Fr. Guido Sarducci’s 5-minute University
Common Core calls for short research projects that integrate information skills, such as gathering information from multiple print and digital sources, using search terms effectively, evaluating each source, paraphrasing information and citing sources.
What content and skills will our students remember when they leave here and enter high school?
Our goal is to help students become independent lifelong learners. Do they know how to to find good, reliable information? Do they know how to conduct an effective search? Do they know how to create their own graphic organizer and take notes in their own words, do they know how to plan for their research?
We know that inquiry projects based on good questions provide opportunities for students to engage more fully with content, take ownership of their learning, and strengthen important information literacy skills.
The LMS offers different levels of support and in different locations
In the library or in a lab or classroom
- pre-search resources to ensure that the best print and digital resources are available. We have many paid-for resources that are not available on Google.
- provide a short demonstration that supports the inquiry project , such as showing students recommended website, databases or other resources and how to use them
- provide a longer lesson on effective search strategies, note taking, evaluating websites, or citing sources, etc)
-provide instruction in using a technology tool
Teacher collaborating with LMS to plan an inquiry project ; LMS creates rubric and assesses information skills
Team collaborates with LMS to plan a quarter-long (integrated) unit that supports content area goals while integrating information and technology skills. Students learn to use a structured problem-solving/research method (Big6).
The EBSCO database, available free from www.AskRI.org, includes a wide variety of informational texts and media: newspaper and magazine articles, videos, photographs, primary source documents, government documents, etc.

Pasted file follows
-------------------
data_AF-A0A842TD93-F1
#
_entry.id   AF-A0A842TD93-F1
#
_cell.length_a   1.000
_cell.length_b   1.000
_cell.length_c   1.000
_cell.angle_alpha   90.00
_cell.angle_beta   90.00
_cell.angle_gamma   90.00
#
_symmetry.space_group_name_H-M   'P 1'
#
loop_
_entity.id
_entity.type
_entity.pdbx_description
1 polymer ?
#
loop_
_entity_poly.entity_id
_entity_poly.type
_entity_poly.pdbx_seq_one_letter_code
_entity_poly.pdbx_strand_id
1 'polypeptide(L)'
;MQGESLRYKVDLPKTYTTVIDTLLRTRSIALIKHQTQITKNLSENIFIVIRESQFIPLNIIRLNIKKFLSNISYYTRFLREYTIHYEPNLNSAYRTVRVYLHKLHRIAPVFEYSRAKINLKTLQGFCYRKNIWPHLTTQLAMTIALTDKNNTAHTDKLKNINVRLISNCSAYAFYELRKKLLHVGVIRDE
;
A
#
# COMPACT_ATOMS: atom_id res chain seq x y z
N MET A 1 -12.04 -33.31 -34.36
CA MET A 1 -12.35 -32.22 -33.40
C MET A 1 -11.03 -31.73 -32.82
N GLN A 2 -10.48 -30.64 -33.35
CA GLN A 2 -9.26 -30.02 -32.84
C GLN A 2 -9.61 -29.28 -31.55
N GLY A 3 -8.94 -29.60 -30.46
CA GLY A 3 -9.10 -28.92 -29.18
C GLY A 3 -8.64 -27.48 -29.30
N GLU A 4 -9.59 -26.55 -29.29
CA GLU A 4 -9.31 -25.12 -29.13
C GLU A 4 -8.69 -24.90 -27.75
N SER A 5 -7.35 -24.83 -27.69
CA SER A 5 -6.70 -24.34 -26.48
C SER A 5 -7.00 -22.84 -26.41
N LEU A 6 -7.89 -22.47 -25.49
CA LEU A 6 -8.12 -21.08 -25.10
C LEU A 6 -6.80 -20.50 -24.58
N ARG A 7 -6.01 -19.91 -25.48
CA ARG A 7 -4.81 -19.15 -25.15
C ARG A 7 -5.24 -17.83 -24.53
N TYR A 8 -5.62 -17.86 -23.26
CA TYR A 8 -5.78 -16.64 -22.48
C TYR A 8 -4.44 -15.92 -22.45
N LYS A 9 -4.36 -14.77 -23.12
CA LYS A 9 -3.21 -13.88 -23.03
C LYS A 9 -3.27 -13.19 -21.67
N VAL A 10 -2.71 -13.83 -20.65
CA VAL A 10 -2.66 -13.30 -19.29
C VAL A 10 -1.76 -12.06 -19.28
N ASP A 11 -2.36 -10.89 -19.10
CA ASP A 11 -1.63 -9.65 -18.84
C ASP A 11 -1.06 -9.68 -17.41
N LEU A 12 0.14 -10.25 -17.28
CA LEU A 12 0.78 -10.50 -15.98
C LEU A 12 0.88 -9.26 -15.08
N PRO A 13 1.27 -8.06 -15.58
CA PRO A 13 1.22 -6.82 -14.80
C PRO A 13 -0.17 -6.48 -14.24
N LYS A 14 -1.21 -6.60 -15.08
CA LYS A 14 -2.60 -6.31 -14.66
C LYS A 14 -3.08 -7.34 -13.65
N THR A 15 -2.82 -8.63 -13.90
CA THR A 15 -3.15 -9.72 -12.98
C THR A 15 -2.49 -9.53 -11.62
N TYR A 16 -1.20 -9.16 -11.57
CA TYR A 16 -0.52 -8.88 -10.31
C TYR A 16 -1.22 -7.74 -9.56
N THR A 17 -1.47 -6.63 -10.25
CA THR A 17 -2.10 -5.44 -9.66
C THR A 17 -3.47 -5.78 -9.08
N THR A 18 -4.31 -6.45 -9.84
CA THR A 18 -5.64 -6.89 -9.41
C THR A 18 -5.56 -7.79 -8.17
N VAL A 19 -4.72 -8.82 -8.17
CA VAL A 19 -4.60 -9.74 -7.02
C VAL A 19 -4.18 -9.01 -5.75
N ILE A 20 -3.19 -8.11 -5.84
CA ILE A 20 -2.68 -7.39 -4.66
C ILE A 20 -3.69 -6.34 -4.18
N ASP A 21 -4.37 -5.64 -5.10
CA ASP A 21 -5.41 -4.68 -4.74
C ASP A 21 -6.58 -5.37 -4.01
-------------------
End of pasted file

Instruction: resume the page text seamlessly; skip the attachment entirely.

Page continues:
Students and teachers may search through the various databases within EBSCO and filter by criteria such as key terms, lexile reading level, and date. Most of the databases offer the read-aloud feature. (Headphones are available from the library).
Using this database requires instruction and students benefit from multiple opportunities to use this great resource.
When students search the main EBSCO database, they should start by choosing "Middle Search Plus."
EBSCO includes: Points of View, Biography Collection, KidsSearch (Grades 4-8), Student Research Center, and History Reference Center.
See the Library Media Specialist for more information or to schedule your class.
TEACHERS: Do you have a useful resource to share?
1) AskRI.org offers a wide selection of high-quality informational resources, including the EBSCO database and World Book Encyclopedia Online.
World Book Online Kids (Grades 3-8) is perfect for shorter articles and helps students to get the main ideas about a topic. World Book Student is the equivalent of the print version in the library. World Book Online also links directly to websites and magazine articles. All World Book articles have a read-aloud feature and provide the MLA citations.
World Book Advanced offers additional features which may be of interest to teachers. It also includes thousands of fiction and non-fiction e-books.
2) Culturegrams Online. www.online.culturegrams.com (also available from the Winman RICAT page)
This is the best online resource for country and state information. It offers two levels. Log in is required. See Mrs. Tow for username and password.